"When you hear this kind of really reprehensible bias by a judge who presides over peoples’ lives in death penalty appeals, you have to do something," Harrington says.
Dallas’ African-American Bar association is "very, very disturbed" by Jones’ alleged comments, says Mandy Price, president of the J.L. Turner Legal Association, which is among the complainants.
"The thing is that our system works because people believe they are going to have a fair trial and a judge who is not going to have bias about their case. And I think her statements show that she definitely has some bias and prejudicial views," Price says. "If I were a lawyer or a defendant before her, I’d be worried if my client would receive a fair trial before Judge Jones."
The complainants are "interested in having an investigation about what they think are some pretty serious statements," says Herring.
The complaint also alleges that Jones discussed eight individual death penalty cases during the lecture, and it notes that only two of the defendants in those cases have been executed — thus, the other defendants’ cases "could come before Judge Jones in future litigation."
"Her description of these cases evinced disgust and contempt towards the defendants, the crimes they were convicted of, and the claims they had raised," the complaint alleges.
The complaint also mentions an incident between Jones and fellow 5th Circuit Judge James Dennis, alleging that she "demonstrated extreme disrespect" during oral argument by asking Dennis if he "wanted to leave" the courtroom and saying she wanted him to "shut up."
According to the 5th Circuit’s Rules of Judicial Conduct and Judicial-Disability, the chief judge of the 5th Circuit is responsible for determining whether a complaint against a federal judge should be dismissed or referred to a special committee for further investigation.
Because the complaint concerns Jones, who is the former chief judge of the Judicial Council of the 5th Circuit, the complainants have asked 5th Circuit Chief Judge Carl Stewart to transfer the complaint to another circuit under Rule 26 of the Judicial Conduct and Judicial-Disability rules. Stewart did not return a call seeking comment.
Arthur Hellman, a professor at the University of Pittsburgh School of Law, is an expert on federal judicial discipline and is not involved in the complaint. He says the complaint against Jones likely will be handled cautiously by a federal judicial discipline body, given the nature of the allegations lodged against her.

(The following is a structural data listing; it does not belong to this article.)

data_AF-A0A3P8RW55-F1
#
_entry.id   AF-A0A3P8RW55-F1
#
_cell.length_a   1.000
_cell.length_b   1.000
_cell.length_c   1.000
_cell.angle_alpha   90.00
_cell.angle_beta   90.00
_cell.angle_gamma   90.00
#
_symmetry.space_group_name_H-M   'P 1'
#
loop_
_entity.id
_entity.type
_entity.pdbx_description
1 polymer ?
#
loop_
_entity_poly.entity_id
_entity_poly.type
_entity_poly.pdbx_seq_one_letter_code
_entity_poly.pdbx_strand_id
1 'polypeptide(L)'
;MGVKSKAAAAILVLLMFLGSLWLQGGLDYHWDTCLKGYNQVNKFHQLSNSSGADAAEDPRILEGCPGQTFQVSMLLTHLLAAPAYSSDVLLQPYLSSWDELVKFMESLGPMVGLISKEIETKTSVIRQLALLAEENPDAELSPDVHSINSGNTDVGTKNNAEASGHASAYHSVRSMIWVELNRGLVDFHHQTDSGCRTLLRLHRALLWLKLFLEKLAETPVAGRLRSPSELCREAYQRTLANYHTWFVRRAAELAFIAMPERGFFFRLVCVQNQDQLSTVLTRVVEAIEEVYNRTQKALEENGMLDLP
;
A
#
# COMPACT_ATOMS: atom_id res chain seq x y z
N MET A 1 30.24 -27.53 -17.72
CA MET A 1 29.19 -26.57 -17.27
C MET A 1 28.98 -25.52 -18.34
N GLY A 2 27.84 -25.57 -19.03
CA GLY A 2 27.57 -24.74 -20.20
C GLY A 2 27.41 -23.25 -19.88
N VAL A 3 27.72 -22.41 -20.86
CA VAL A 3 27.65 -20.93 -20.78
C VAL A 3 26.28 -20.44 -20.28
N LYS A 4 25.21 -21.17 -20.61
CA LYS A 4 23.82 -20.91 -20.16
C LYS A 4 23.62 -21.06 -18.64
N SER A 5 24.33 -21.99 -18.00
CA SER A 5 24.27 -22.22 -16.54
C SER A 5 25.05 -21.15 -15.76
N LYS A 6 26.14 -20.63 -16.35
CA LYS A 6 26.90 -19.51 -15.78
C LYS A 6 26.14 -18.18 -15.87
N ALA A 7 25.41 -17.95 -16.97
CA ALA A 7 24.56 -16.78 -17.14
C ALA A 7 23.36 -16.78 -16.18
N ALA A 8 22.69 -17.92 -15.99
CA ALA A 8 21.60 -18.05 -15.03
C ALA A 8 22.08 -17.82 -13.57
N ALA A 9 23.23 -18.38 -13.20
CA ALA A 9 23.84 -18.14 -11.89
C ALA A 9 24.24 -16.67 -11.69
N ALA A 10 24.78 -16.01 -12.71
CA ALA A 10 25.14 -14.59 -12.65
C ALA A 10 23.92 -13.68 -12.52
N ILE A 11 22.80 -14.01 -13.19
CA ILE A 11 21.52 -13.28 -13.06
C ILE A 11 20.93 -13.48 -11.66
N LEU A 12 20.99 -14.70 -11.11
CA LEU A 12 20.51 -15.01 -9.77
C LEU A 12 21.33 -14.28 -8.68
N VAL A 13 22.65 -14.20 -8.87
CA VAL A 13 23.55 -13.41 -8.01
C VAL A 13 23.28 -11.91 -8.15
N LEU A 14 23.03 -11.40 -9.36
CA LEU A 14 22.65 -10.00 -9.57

"The one that stands out is about certain ethnic groups being more prone to commit crime. That’s where it’s a real handicap not to have the exact text. Sometimes what you find out is there were some qualifying statements — that, ‘You will hear statements like’ or ‘I do not want the statement to indicate.’ Even if they are quoting her exact words, it could be the exact words could be misrepresenting what she said," Hellman says.
That said, judges have a right to make controversial statements, but those statements have consequences, Hellman says.
"It is extraordinarily imprudent and, indeed, foolish for judges to speak publicly in that way. Even if they are fully within their rights, even if it’s not misconduct, it is predictable that there will be controversy that will call into question the judges’ ability to decide certain cases impartially," Hellman says.
One consequence may be that lawyers representing death penalty clients on appeal will file recusal motions if Jones hears their cases, Herrington says.
"There will be motions to recuse her filed all over the place based on racial discrimination," Herrington says. "If I was a fellow judge on the 5th Circuit, I wouldn’t be happy, because she’s going to increase their case load. I don’t see how you can sit on a case when you’ve articulated these views."